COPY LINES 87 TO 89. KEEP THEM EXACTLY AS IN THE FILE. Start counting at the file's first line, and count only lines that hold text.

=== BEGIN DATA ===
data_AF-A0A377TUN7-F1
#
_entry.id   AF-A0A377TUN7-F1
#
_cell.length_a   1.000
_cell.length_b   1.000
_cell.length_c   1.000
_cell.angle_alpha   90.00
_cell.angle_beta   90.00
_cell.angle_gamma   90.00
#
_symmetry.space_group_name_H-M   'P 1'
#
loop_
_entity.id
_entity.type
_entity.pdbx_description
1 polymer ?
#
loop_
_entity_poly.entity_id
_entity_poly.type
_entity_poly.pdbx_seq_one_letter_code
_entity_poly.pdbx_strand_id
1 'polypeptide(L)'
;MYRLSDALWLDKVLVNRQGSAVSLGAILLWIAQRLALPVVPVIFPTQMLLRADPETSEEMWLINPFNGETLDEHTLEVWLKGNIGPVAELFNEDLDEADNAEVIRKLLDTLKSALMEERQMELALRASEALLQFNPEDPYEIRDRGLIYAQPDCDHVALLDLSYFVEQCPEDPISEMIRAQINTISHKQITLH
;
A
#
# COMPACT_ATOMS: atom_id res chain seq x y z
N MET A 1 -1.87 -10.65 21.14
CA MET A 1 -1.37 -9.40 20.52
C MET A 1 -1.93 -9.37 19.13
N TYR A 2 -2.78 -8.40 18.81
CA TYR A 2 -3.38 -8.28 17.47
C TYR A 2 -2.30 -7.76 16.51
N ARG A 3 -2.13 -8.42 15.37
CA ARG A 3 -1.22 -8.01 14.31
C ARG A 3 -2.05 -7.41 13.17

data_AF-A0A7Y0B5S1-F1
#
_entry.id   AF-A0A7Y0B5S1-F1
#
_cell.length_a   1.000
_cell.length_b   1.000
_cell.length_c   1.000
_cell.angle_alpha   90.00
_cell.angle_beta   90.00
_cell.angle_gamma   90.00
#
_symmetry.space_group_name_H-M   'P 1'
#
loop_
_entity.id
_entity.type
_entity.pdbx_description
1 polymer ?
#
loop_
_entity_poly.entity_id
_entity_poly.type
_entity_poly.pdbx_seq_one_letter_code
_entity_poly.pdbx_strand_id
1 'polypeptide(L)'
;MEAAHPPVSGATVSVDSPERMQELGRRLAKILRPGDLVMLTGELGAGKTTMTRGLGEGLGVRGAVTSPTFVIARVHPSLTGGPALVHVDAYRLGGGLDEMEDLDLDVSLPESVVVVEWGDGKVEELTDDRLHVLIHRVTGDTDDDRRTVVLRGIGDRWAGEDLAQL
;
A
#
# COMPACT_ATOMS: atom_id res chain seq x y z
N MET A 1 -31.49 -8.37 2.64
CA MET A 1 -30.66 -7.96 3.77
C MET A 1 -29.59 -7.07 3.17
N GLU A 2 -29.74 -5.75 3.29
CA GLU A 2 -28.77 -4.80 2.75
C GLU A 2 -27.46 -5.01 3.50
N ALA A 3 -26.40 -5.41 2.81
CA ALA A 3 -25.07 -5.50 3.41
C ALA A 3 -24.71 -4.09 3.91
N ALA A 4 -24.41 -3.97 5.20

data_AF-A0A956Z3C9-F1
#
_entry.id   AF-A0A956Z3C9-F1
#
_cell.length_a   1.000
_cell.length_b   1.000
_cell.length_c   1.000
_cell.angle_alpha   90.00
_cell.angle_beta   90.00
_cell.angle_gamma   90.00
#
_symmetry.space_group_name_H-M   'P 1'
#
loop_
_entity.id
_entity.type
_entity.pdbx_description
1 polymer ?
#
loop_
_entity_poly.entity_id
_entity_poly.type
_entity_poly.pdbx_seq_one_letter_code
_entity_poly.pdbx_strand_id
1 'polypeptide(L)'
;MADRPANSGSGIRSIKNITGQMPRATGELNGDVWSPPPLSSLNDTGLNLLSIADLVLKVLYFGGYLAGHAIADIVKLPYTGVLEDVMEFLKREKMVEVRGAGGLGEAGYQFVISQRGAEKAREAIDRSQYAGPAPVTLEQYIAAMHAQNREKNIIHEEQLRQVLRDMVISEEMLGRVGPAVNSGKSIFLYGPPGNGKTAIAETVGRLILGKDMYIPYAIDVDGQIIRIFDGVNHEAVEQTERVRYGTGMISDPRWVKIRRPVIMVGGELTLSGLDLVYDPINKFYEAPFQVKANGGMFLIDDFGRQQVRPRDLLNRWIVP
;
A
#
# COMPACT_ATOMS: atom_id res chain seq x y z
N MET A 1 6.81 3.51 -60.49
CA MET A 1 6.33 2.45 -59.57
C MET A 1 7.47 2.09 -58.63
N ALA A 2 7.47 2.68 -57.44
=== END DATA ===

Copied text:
_cell.angle_alpha   90.00
_cell.angle_beta   90.00
_cell.angle_gamma   90.00